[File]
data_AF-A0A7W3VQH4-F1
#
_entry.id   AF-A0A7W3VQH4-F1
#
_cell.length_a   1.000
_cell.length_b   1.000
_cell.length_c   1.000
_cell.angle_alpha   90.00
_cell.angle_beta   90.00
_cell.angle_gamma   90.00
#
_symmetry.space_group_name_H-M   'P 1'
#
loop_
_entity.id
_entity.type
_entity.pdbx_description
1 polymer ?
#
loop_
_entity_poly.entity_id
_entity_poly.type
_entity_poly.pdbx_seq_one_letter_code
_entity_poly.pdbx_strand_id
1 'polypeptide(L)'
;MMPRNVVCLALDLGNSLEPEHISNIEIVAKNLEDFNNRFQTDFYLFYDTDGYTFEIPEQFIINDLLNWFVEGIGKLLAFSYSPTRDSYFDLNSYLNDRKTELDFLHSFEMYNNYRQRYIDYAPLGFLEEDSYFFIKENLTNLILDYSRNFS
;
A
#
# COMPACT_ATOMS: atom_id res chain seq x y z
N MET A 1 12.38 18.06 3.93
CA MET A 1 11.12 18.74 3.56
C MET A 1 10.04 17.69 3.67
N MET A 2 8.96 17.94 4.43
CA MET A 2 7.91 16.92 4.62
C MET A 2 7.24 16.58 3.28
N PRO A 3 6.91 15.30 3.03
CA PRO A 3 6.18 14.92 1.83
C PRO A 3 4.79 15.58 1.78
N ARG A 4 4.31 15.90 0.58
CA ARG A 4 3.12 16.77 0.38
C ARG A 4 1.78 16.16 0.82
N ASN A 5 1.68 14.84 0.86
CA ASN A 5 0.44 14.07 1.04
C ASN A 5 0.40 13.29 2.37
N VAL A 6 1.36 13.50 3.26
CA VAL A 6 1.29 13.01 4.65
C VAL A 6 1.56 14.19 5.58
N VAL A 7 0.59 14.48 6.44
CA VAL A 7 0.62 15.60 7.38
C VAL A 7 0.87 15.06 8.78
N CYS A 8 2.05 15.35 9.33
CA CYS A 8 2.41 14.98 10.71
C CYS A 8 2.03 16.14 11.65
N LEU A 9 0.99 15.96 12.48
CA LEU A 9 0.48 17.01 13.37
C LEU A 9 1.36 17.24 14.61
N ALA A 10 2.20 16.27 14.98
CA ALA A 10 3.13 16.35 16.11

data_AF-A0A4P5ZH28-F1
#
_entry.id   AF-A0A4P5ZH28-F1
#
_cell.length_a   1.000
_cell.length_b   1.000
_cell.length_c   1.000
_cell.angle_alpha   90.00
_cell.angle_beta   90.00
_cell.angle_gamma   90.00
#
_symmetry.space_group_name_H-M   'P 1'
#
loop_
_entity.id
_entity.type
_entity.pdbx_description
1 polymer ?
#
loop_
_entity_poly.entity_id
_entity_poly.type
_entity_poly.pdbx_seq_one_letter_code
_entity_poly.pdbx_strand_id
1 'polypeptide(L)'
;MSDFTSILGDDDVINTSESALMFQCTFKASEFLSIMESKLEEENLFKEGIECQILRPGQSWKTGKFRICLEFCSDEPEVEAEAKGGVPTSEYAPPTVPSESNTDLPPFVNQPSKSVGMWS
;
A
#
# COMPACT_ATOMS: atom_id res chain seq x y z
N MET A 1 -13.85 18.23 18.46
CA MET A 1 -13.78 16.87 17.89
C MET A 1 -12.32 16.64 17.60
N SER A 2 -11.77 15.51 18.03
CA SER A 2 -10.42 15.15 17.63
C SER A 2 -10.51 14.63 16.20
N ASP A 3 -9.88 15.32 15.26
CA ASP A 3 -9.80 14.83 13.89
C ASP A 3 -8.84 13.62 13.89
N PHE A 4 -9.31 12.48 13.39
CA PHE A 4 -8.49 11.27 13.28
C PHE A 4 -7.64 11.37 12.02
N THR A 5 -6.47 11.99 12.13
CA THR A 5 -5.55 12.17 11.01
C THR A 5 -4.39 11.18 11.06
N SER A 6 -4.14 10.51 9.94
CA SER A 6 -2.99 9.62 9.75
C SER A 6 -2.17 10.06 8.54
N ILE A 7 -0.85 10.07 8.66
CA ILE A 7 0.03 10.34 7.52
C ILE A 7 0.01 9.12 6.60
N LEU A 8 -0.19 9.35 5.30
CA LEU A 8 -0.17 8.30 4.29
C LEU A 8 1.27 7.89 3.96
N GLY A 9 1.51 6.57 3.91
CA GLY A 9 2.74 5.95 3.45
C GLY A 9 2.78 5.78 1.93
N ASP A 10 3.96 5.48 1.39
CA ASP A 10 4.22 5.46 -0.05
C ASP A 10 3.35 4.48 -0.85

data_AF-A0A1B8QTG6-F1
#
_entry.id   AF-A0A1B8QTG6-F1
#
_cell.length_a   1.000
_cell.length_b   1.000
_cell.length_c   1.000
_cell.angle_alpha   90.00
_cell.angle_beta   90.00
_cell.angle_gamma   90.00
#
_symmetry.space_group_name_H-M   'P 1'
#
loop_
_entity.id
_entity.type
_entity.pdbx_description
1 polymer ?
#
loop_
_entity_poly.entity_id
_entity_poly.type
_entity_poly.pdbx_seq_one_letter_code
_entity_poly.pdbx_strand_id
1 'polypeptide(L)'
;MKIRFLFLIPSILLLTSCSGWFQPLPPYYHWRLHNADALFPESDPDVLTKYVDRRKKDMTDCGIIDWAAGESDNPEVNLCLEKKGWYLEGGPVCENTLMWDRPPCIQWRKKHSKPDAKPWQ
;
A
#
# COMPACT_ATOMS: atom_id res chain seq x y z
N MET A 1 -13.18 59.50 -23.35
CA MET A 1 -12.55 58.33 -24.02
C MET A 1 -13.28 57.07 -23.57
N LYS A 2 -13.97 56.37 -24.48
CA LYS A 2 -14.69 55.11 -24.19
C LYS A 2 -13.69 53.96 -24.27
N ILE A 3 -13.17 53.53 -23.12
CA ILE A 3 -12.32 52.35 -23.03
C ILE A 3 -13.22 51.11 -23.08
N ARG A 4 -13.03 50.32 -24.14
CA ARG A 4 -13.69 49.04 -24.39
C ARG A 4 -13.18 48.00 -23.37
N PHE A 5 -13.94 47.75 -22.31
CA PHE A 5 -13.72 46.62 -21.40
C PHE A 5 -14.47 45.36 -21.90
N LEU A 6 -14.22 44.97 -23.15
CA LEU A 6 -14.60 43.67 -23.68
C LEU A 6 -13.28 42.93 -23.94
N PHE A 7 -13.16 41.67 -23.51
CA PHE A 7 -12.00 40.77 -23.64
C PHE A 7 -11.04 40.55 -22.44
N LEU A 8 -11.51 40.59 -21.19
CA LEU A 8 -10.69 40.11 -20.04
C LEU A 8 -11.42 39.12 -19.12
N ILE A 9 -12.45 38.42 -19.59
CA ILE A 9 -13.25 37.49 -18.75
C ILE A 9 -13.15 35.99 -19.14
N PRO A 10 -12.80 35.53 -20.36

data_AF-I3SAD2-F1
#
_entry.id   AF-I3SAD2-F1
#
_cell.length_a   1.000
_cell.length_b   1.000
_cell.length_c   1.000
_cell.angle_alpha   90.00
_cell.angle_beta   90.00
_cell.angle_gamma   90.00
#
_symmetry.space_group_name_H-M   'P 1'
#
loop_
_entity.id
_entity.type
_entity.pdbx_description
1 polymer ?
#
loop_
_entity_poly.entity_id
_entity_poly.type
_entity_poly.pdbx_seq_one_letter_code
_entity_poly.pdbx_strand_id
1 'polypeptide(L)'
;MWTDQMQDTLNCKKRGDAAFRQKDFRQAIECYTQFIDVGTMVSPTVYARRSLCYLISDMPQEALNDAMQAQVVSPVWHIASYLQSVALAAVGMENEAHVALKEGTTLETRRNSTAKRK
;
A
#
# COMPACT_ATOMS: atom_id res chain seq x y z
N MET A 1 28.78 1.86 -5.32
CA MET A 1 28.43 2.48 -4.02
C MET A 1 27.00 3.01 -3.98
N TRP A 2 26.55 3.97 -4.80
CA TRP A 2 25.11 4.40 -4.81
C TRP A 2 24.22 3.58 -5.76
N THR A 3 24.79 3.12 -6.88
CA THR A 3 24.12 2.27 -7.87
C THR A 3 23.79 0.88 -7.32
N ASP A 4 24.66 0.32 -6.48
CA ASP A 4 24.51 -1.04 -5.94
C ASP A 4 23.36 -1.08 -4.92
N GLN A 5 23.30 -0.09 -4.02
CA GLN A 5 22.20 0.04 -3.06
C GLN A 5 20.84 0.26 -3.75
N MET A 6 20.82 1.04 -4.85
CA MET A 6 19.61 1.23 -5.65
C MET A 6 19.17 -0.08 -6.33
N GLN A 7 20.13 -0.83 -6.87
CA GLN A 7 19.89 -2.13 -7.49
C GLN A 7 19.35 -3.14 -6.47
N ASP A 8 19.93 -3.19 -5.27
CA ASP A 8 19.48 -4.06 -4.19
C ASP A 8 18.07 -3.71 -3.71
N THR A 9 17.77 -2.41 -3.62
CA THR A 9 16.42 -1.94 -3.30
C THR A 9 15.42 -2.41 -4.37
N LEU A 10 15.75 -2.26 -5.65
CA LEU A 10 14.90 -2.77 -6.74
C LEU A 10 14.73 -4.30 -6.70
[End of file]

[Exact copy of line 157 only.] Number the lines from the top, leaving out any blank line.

CA ILE A 3 -12.32 52.35 -23.03